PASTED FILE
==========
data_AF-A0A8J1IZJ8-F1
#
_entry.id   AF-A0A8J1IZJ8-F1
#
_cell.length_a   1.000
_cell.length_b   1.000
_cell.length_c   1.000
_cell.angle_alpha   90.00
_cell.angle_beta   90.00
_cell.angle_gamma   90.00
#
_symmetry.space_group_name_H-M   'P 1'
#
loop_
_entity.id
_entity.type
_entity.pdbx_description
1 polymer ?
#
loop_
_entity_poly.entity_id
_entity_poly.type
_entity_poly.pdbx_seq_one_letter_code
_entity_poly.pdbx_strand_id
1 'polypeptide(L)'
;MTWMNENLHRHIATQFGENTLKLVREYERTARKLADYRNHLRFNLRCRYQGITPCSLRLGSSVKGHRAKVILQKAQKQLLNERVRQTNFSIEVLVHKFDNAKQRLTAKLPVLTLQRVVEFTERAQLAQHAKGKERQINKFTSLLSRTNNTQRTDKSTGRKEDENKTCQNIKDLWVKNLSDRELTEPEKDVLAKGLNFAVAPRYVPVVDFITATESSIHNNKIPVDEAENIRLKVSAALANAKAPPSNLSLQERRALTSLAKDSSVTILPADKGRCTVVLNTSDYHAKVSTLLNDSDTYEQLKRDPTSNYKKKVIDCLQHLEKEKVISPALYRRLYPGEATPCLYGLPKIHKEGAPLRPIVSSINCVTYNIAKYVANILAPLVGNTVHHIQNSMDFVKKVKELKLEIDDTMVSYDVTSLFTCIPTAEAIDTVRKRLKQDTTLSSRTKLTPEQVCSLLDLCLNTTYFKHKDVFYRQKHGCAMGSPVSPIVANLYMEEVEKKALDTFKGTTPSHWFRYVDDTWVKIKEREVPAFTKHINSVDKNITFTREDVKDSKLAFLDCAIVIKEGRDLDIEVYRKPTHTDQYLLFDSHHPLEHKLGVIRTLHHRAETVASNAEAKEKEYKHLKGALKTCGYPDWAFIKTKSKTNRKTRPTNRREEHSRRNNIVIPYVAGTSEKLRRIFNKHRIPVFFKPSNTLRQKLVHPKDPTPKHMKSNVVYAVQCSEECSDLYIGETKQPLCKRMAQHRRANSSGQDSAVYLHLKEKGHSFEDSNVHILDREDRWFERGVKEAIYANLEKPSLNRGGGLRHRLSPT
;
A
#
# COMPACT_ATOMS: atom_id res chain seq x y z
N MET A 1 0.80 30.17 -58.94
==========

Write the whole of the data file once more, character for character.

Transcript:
data_AF-A0A8J1IZJ8-F1
#
_entry.id   AF-A0A8J1IZJ8-F1
#
_cell.length_a   1.000
_cell.length_b   1.000
_cell.length_c   1.000
_cell.angle_alpha   90.00
_cell.angle_beta   90.00
_cell.angle_gamma   90.00
#
_symmetry.space_group_name_H-M   'P 1'
#
loop_
_entity.id
_entity.type
_entity.pdbx_description
1 polymer ?
#
loop_
_entity_poly.entity_id
_entity_poly.type
_entity_poly.pdbx_seq_one_letter_code
_entity_poly.pdbx_strand_id
1 'polypeptide(L)'
;MTWMNENLHRHIATQFGENTLKLVREYERTARKLADYRNHLRFNLRCRYQGITPCSLRLGSSVKGHRAKVILQKAQKQLLNERVRQTNFSIEVLVHKFDNAKQRLTAKLPVLTLQRVVEFTERAQLAQHAKGKERQINKFTSLLSRTNNTQRTDKSTGRKEDENKTCQNIKDLWVKNLSDRELTEPEKDVLAKGLNFAVAPRYVPVVDFITATESSIHNNKIPVDEAENIRLKVSAALANAKAPPSNLSLQERRALTSLAKDSSVTILPADKGRCTVVLNTSDYHAKVSTLLNDSDTYEQLKRDPTSNYKKKVIDCLQHLEKEKVISPALYRRLYPGEATPCLYGLPKIHKEGAPLRPIVSSINCVTYNIAKYVANILAPLVGNTVHHIQNSMDFVKKVKELKLEIDDTMVSYDVTSLFTCIPTAEAIDTVRKRLKQDTTLSSRTKLTPEQVCSLLDLCLNTTYFKHKDVFYRQKHGCAMGSPVSPIVANLYMEEVEKKALDTFKGTTPSHWFRYVDDTWVKIKEREVPAFTKHINSVDKNITFTREDVKDSKLAFLDCAIVIKEGRDLDIEVYRKPTHTDQYLLFDSHHPLEHKLGVIRTLHHRAETVASNAEAKEKEYKHLKGALKTCGYPDWAFIKTKSKTNRKTRPTNRREEHSRRNNIVIPYVAGTSEKLRRIFNKHRIPVFFKPSNTLRQKLVHPKDPTPKHMKSNVVYAVQCSEECSDLYIGETKQPLCKRMAQHRRANSSGQDSAVYLHLKEKGHSFEDSNVHILDREDRWFERGVKEAIYANLEKPSLNRGGGLRHRLSPT
;
A
#
# COMPACT_ATOMS: atom_id res chain seq x y z
N MET A 1 0.80 30.17 -58.94